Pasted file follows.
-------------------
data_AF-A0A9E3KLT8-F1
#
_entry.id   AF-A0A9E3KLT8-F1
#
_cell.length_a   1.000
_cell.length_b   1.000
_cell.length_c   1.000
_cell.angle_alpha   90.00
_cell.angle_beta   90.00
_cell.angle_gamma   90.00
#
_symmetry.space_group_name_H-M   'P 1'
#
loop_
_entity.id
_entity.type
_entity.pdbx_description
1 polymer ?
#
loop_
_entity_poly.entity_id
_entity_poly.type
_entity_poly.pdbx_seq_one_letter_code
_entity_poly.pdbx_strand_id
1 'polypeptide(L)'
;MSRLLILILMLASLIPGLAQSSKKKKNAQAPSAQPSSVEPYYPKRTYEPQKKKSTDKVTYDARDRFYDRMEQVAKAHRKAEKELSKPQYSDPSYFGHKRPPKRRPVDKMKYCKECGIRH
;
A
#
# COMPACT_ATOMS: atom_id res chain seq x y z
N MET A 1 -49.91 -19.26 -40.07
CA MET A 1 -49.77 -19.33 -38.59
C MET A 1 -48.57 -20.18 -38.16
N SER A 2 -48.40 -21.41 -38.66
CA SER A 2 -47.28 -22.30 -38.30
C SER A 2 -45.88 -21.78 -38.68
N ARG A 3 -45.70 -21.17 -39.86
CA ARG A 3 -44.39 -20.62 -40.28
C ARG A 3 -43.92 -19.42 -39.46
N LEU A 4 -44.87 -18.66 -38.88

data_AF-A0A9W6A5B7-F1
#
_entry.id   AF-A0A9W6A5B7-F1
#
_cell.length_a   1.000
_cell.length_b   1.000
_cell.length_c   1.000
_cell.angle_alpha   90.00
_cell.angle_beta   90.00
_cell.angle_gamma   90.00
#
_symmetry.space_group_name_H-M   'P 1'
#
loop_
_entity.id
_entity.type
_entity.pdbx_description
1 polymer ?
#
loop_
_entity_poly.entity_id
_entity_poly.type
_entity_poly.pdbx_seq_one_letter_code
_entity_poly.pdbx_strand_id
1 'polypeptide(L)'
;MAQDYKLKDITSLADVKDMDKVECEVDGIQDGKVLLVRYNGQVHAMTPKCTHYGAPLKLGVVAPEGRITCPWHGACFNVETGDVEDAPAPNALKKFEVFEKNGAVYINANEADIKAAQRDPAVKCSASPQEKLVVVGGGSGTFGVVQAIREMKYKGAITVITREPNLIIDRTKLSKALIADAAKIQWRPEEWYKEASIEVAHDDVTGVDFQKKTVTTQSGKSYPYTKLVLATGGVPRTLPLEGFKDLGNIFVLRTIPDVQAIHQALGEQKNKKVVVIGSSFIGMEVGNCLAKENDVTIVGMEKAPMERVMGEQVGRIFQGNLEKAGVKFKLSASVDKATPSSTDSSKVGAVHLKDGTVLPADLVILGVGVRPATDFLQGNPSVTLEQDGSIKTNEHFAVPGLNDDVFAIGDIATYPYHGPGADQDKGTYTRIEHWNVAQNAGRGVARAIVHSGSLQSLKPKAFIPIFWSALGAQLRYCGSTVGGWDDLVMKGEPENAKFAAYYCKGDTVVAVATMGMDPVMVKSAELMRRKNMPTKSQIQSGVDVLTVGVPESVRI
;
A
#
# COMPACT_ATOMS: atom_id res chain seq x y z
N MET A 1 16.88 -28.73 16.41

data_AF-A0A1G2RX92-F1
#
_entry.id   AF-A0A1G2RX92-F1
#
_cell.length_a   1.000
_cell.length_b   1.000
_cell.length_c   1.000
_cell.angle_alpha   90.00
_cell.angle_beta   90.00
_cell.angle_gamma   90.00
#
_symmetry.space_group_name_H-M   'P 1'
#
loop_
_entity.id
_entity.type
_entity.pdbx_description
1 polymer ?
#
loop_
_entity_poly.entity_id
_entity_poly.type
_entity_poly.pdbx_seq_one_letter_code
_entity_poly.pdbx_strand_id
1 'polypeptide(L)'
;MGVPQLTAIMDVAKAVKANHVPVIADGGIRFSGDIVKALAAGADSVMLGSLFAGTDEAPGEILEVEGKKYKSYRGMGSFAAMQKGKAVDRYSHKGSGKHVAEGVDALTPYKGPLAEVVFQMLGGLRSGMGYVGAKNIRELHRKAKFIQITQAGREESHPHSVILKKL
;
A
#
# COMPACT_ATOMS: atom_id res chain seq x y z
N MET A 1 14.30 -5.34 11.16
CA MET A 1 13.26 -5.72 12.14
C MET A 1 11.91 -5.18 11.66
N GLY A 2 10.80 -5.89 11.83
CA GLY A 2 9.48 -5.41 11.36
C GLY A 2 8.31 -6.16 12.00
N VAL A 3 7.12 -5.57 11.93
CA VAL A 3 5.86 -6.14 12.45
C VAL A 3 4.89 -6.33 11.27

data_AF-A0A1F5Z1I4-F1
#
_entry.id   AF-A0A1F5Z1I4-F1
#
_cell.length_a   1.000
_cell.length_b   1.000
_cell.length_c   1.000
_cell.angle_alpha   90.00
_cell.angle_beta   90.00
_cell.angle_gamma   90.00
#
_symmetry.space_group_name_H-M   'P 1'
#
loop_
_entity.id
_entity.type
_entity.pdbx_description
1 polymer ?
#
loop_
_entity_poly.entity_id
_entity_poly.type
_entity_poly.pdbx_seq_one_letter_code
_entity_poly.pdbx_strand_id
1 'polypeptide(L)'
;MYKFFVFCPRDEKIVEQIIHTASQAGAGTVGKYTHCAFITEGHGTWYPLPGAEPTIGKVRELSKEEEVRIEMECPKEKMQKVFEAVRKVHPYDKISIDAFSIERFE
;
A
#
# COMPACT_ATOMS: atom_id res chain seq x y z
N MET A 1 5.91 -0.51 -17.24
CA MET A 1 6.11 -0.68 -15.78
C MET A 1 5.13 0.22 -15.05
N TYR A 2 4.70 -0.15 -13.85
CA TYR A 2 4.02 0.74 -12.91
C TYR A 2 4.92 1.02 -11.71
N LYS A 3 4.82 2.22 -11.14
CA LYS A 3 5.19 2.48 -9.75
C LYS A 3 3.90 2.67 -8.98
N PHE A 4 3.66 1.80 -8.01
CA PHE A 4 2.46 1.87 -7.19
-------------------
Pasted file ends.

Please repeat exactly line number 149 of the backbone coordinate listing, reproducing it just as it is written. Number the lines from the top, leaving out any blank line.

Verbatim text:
C LYS A 3 3.90 2.67 -8.98